2.2 Role of entrepreneurship in the economy

For a long time the academic field neglected entrepreneurship as a field of research. The focus was on the big companies and their role in the economy. The last decades the role of the entrepreneur has grown. It has become more important for the economic growth and innovation (Wennekers and Thurik, 1999; van Stel, Carree and Thurik, 2005; van Praag, 2005). But earlier entrepreneurship seemed to yield for the "big businesses". In the post-war period of last century the large enterprise was the dominant form of business organization. This was the era of mass production when economies of scale seemed to be the decisive factor in dictating efficiency. Small firms and entrepreneurship were viewed as a luxury, as something Western countries needed to ensure a decentralization of decision making, obtained only at the cost of efficiency (Audretsch and Thurik, 2004). From the 1970s on the trend of centralization ceased and the share of employment in small enterprises began the increase (Loveman and Sengenberger, 1990). The shift of stability, homogeneity and scale to flexibility, diversity and novelty is widely discussed in scientific literature. Parker (2001) states that the technological changes have transformed production in modern economies by expanding the possibilities for flexible and decentralized production techniques. There has been an associated increase in the role of knowledge and the importance of product and process innovation. Audretsch and Thurik (2004) are adding globalization as a major factor to the revival of the small businesses.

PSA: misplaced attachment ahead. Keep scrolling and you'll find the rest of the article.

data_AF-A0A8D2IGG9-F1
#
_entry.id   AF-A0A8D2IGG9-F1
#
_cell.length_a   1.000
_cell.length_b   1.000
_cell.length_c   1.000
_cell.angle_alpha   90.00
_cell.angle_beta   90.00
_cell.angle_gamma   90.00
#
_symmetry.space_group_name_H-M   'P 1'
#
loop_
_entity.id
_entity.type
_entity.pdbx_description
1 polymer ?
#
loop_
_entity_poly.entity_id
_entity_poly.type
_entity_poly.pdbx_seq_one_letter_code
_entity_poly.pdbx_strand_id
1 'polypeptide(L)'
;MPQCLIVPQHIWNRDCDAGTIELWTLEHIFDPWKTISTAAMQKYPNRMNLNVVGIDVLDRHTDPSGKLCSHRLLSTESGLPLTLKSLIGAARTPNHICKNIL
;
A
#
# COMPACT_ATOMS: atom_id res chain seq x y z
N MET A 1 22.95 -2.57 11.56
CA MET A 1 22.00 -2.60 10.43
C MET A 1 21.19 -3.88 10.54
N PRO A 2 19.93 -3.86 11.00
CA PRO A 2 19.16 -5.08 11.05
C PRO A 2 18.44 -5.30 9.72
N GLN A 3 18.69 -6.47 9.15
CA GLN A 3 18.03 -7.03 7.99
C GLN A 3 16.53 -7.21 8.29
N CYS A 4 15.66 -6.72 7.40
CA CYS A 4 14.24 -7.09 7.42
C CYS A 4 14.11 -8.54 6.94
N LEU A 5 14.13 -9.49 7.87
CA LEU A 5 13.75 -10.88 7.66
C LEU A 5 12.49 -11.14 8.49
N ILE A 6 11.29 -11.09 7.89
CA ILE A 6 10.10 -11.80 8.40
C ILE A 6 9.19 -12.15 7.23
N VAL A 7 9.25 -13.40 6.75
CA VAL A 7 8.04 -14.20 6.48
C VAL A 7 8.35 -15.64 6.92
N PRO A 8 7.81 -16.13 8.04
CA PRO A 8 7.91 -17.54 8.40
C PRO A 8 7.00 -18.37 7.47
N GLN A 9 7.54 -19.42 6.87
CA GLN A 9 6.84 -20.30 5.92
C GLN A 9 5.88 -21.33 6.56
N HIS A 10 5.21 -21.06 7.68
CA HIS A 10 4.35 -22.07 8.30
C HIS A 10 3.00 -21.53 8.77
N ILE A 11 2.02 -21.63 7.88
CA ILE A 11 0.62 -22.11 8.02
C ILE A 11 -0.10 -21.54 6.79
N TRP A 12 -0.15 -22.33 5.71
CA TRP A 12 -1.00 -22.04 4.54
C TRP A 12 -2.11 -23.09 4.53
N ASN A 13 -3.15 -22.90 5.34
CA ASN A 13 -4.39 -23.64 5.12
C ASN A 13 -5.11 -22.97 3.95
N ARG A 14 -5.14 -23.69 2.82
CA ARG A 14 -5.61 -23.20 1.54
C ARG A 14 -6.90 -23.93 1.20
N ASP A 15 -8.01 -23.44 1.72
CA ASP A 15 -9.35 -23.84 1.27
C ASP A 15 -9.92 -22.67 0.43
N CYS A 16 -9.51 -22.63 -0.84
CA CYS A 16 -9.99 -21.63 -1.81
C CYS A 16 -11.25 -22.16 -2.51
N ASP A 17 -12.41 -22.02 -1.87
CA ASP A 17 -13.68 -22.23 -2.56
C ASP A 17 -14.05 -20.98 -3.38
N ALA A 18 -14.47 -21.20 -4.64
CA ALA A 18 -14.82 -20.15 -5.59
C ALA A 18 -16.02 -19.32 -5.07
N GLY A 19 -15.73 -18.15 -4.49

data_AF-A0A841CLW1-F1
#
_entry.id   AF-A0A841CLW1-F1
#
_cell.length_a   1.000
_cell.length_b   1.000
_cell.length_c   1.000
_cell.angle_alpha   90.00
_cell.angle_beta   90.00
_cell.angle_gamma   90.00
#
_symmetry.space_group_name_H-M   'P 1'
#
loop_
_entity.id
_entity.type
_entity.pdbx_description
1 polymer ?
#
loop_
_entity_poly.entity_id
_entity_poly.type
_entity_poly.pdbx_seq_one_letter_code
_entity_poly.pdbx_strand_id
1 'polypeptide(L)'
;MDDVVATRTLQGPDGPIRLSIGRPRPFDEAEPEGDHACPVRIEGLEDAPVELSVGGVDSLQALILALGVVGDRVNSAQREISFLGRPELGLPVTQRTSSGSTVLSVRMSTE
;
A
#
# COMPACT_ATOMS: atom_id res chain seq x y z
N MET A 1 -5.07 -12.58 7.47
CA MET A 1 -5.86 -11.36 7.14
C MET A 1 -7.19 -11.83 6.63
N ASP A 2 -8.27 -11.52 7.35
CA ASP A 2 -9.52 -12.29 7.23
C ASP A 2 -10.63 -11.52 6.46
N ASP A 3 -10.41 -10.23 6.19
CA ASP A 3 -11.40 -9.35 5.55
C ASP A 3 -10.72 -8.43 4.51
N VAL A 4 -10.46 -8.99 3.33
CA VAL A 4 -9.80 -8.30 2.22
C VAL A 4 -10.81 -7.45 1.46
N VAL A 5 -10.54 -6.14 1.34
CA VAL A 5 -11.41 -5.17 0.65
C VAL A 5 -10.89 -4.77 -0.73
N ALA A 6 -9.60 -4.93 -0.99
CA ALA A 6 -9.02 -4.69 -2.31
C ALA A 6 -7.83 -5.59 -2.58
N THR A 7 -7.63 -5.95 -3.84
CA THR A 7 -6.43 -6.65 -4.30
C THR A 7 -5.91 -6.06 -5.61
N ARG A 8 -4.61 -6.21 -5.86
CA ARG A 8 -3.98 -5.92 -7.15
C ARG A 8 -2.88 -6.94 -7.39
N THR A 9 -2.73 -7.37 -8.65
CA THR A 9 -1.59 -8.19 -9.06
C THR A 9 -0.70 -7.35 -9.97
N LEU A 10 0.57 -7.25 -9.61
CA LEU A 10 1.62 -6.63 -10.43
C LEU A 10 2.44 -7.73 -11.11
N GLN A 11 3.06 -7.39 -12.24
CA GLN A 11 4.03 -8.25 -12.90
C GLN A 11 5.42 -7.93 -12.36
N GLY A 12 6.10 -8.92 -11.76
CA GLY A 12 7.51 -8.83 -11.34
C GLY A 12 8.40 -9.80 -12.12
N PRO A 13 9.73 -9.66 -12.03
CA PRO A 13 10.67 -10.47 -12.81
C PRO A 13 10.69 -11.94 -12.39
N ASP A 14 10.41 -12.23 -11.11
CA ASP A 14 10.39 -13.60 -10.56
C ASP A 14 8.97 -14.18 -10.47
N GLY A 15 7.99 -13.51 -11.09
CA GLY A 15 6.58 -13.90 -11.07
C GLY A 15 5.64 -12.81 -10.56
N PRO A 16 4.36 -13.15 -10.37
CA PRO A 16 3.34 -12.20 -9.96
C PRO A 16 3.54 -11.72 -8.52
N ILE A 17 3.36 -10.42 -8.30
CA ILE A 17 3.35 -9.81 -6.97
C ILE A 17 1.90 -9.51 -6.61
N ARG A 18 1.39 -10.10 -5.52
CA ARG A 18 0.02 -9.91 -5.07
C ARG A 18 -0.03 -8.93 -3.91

More recent, Wong et al. (2005), Wennekers and Thurik (1999) and Wennekers et al. (2005), did extensive research on linking entrepreneurship and economic growth. These studies shows that two major roles of entrepreneurship could be singled out in linking entrepreneurship to economic growth. The first is new business creation. The link between economic growth and new business creating is twofold. New businesses creating change, competition en enhancing rivalry by reestablishing market equilibrium. This can be accomplished by entering new or existing markets with new or existing goods or services. On the other hand new businesses are the source for the majority of new jobs created (Wong et al., 2005). As discussed in the first paragraph this linked to the reduction of unemployment according either to the refugee or entrepreneurial effect. Due to the low survival and growth rates the contribution in reducing unemployment would be limited. Birch et al. (1997, in Wong, 2005 p. 345) supports this in their research. Empirical evidence shows that especially fast growing, or high-growth potential start-ups, significantly contribute to economic growth and particularly to job creation, rather than new firm formation in general.

The second link between entrepreneurship and economic growth is through newness or innovating entrepreneurship. Innovation is one of the major factors in creating new knowledge and technologies. Globalization is increasing and competitive advantages of economies are shifting to knowledge bases activities. Hereby entrepreneurship is playing a major role in generating economic growth through commercializing knowledge spillovers (Wennekers et al. 2005). Wennekers & Thurik (1999) state that newness through start-ups and innovation and competition are the most relevant factors in linking entrepreneurship to economic growth.

2.3 Entrepreneurship in the Netherlands